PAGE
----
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A doctor visit before DIY weight loss

Some with heart, diabetes or weight issues may need tests before they can rely on exercise and diet.

April 20, 2009|Jeannine Stein

If you don't have that much weight to lose, are relatively young, don't have a disability and are in overall good health, you can probably safely skip the doctor's visit. If you're severely overweight or have diabetes or a family history of heart disease, you should check in with a doctor before getting that heart rate too high.

A trip to see a general practitioner will probably result in tests for cholesterol, triglycerides, blood pressure and blood sugar -- all linked to heart health, a key component of exercise. If the numbers are out of the normal range, medication might be in order. The ultimate goal is to manage conditions with exercise and diet, eventually lowering or getting off medication altogether.

A doctor might recommend mild to moderate workouts if your numbers aren't in a danger zone, but he or she may also want to stabilize some conditions before letting you lace up your sneakers. To be on the safe side, begin an exercise regimen slowly -- maybe with a walk around the block, some light pool workouts, or low-resistance pedaling on a recumbent bike (best to do it with a buddy to be safe). If you experience shortness of breath, weakness, dizziness or chest pains, stop immediately and seek medical care.

To get the most out of a visit, it's good to know what to expect, what to discuss, and what questions to ask to fast-track you on your way to fitness. Dr. Adrienne Youdim, medical director of the Cedars-Sinai Center for Weight Loss, and Dr. Sasha Stiles of Tufts Medical Center-Weight and Wellness Center in Boston offer some advice:

* Don't feel compelled to go overboard with every test under the sun. A doctor will likely start with the basics: screening for cholesterol and triglycerides, blood pressure, body fat and diabetes, giving a clearer picture of overall health. Plan for follow-ups to see if numbers are heading into the normal range and to adjust treatment accordingly. Some of the tests may be available at free or low-cost community health screenings, but if results are out of the standard range, you'll likely need to see a doctor to manage conditions with lifestyle changes or medication. More serious tests, such as a cardiac stress test done on a treadmill, are usually prescribed if coronary artery disease is suspected to guard against severe exercise repercussions such as a heart attack.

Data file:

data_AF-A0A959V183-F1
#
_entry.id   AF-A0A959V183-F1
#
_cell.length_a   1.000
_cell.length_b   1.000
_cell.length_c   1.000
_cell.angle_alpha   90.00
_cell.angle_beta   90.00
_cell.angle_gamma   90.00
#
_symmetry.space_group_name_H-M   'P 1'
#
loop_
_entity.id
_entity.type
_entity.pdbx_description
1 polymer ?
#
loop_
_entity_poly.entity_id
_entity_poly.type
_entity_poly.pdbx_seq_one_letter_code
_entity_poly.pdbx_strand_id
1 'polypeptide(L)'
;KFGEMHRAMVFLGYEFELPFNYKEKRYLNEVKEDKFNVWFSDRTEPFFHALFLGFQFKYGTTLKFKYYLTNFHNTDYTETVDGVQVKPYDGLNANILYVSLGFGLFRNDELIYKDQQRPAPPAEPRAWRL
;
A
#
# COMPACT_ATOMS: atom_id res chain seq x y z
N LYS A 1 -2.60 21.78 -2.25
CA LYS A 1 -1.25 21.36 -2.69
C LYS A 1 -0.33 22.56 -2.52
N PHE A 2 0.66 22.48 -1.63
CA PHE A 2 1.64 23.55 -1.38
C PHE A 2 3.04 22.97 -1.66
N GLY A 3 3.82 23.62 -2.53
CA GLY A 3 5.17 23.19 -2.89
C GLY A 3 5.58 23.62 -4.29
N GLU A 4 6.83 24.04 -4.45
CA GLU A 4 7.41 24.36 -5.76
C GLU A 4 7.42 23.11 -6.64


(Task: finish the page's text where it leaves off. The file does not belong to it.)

* Be upfront with your doctor about the reason for your visit, explaining your weight gain as best you can -- yo-yo dieting, stress, emotional eating, etc. If you can't account for the underlying cause, Youdim says, your physician may request additional tests for conditions such as low thyroid.

But don't expect your physician to outline a daily exercise routine or hand you a customized meal plan. Although some offer specifics, such as a list of heart-healthy foods, most will probably suggest a more generic route -- change your diet and exercise regularly.

If so, it may be time to seek help from fitness and nutrition pros who can better guide you.

* When there's no end to the lose-gain-lose-gain roller coaster, consider seeking more intensive help elsewhere, such as a comprehensive obesity center. "People come to a point," says Stiles, "where they say, 'I need to keep it off, and I need to know more about why I blow it when I blow it.' They need a program that's not only a nutritional plan but something that will help them with their triggers, so that they never have to do this again."


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